Neurons talk to each other using chemical signals called neurotransmitters. Scientists at St. Jude Children’s Research Hospital have drawn on structural biology expertise to determine structures of vesicular monoamine transporter 2 (VMAT2), a key component of neuronal communication. By visualizing VMAT2 in different states, scientists now better understand how it functions and how the different shapes the protein takes influence drug binding — critical information for drug development to treat hyperkinetic (excess movement) disorders such as Tourette syndrome. The work was published today in Nature.
How our neurons talk to each other
Chemical compounds called monoamines, which include dopamine, serotonin and adrenaline, play a central role in neuronal communication. These molecules affect how the brain works, controlling our emotions, sleep, movement, breathing, circulation and many other functions. Monoamines are neurotransmitters (signaling molecules) produced and released by neurons, but before they can be released, they must first be packaged into vesicles.
Vesicles are cellular compartments that store neurotransmitters before they are released at the synapses (the junction through which chemical signals pass from one neuron to another). Think of vesicles as the cargo ships of the neuronal cell — neurochemicals are packed inside them and taken to where they need to go. VMATs are proteins on the membrane of these vesicles that move monoamines into the space within, acting like loading cranes for the cargo ships.
“VMATs are transporters that are required for packing these monoamine neurotransmitters into synaptic vesicles,” explained co-corresponding author Chia-Hsueh Lee, Ph.D., St. Jude Department of Structural Biology.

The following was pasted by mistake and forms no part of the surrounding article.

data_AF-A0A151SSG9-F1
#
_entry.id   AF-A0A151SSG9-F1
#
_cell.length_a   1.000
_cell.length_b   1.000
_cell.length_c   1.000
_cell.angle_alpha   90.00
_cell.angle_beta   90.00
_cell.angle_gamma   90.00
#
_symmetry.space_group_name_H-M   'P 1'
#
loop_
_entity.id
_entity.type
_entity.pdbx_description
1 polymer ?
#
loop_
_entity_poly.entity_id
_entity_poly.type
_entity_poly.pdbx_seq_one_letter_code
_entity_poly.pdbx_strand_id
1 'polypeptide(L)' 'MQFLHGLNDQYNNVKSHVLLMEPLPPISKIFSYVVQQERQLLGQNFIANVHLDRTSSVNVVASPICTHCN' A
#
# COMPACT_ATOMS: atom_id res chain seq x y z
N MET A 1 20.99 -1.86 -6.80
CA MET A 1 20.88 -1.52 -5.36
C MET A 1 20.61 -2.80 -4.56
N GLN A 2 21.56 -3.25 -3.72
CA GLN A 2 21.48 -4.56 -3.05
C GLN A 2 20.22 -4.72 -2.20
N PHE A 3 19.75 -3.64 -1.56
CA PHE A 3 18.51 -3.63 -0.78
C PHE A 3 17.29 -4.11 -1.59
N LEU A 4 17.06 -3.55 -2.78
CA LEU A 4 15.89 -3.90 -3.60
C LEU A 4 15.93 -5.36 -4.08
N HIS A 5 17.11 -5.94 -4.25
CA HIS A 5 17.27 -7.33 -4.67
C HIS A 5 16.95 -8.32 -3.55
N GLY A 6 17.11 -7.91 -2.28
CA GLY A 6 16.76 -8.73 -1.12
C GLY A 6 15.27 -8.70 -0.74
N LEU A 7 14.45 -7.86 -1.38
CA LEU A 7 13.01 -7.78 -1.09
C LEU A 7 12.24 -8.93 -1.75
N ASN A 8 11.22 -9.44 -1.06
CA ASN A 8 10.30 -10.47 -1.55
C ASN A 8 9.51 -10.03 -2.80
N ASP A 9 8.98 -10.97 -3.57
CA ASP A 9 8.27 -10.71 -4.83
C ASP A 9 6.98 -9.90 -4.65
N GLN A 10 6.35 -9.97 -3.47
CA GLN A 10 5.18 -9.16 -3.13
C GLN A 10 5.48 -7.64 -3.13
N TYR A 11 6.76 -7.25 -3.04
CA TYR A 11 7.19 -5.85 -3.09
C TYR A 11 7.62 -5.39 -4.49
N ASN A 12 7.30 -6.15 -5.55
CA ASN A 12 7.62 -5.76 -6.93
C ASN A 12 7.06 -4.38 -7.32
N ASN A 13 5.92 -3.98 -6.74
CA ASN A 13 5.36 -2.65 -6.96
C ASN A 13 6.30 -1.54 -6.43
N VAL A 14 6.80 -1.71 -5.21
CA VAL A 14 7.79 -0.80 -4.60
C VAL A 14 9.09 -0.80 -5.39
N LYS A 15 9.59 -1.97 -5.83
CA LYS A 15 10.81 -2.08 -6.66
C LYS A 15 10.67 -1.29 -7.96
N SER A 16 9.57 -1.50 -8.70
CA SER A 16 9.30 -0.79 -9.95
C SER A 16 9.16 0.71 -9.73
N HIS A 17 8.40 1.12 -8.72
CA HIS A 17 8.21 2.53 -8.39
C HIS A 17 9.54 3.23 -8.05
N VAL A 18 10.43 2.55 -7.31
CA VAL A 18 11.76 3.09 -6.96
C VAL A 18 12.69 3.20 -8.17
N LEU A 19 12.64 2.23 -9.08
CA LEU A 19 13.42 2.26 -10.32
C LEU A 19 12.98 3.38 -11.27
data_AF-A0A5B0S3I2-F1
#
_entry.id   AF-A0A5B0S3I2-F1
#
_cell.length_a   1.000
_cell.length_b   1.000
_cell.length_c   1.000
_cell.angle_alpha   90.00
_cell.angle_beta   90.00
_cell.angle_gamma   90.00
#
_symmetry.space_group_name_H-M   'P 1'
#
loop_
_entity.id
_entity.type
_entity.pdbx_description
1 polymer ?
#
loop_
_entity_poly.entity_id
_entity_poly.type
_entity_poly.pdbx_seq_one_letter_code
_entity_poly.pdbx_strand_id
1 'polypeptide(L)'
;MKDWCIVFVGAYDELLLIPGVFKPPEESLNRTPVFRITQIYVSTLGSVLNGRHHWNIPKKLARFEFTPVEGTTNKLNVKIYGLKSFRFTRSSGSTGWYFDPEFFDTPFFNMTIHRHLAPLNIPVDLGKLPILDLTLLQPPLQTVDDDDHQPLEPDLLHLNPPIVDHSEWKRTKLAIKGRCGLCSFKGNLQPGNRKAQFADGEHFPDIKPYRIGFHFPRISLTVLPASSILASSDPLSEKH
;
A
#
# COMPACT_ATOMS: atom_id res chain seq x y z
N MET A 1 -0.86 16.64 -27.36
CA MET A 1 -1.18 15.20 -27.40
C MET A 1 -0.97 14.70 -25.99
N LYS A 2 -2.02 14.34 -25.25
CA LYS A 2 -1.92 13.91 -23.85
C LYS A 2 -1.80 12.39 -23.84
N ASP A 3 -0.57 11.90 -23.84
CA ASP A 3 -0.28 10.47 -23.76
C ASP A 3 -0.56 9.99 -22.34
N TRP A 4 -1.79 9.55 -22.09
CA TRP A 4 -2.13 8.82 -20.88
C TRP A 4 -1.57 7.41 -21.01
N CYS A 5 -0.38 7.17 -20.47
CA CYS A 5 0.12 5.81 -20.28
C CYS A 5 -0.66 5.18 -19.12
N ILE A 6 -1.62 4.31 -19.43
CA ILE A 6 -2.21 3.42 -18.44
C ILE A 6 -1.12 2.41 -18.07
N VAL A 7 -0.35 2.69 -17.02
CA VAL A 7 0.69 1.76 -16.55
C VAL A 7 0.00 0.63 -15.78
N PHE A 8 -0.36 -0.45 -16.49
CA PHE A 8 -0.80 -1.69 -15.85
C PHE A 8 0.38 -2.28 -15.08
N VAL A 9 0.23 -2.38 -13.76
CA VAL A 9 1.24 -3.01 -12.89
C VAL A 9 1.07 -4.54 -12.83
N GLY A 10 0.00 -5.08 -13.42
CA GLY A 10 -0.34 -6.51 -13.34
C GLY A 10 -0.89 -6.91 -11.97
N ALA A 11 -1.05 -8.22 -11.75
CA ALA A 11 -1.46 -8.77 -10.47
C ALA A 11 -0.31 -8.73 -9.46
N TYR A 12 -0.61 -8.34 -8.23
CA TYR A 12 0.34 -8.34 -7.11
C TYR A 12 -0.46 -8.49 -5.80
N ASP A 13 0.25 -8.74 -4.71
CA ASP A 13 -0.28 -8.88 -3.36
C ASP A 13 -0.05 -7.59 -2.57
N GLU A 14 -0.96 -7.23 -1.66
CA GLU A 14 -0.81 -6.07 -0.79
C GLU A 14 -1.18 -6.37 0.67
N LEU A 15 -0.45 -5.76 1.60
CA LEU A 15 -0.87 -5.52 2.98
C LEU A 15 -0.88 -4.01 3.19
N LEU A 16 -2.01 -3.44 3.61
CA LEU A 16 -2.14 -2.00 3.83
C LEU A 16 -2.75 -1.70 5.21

Once the VMAT has packed the vesicle with monoamines, the “cargo ship” moves towards the synaptic gap (the space between neurons), where it releases the chemical compounds.
The many faces of monoamine transporters
There are two types of VMAT: VMAT1 and VMAT2. VMAT1 is more specialized, found only in neuroendocrine cells, whereas VMAT2 is found throughout the neuronal system and has significant clinical relevance.
“We knew that VMAT2 is physiologically very important,” Lee said. “This transporter is a target for pharmacologically relevant drugs used in the treatment of hyperkinetic disorders such as chorea and Tourette Syndrome.”
Despite their importance, the structure of VMAT2, which would allow researchers to investigate how it works fully, had remained elusive. Lee and his team used cryo-electron microscopy (cryo-EM) to obtain structures of VMAT2 bound to the monoamine serotonin and the drugs tetrabenazine and reserpine, which are used to treat chorea and hypertension, respectively. This was no easy feat.
“VMAT2 is a small membrane protein,” explained co-first author Yaxin Dai, PhD., St. Jude Department of Structural Biology. “This makes it a very challenging target for cryo-EM structure determination.”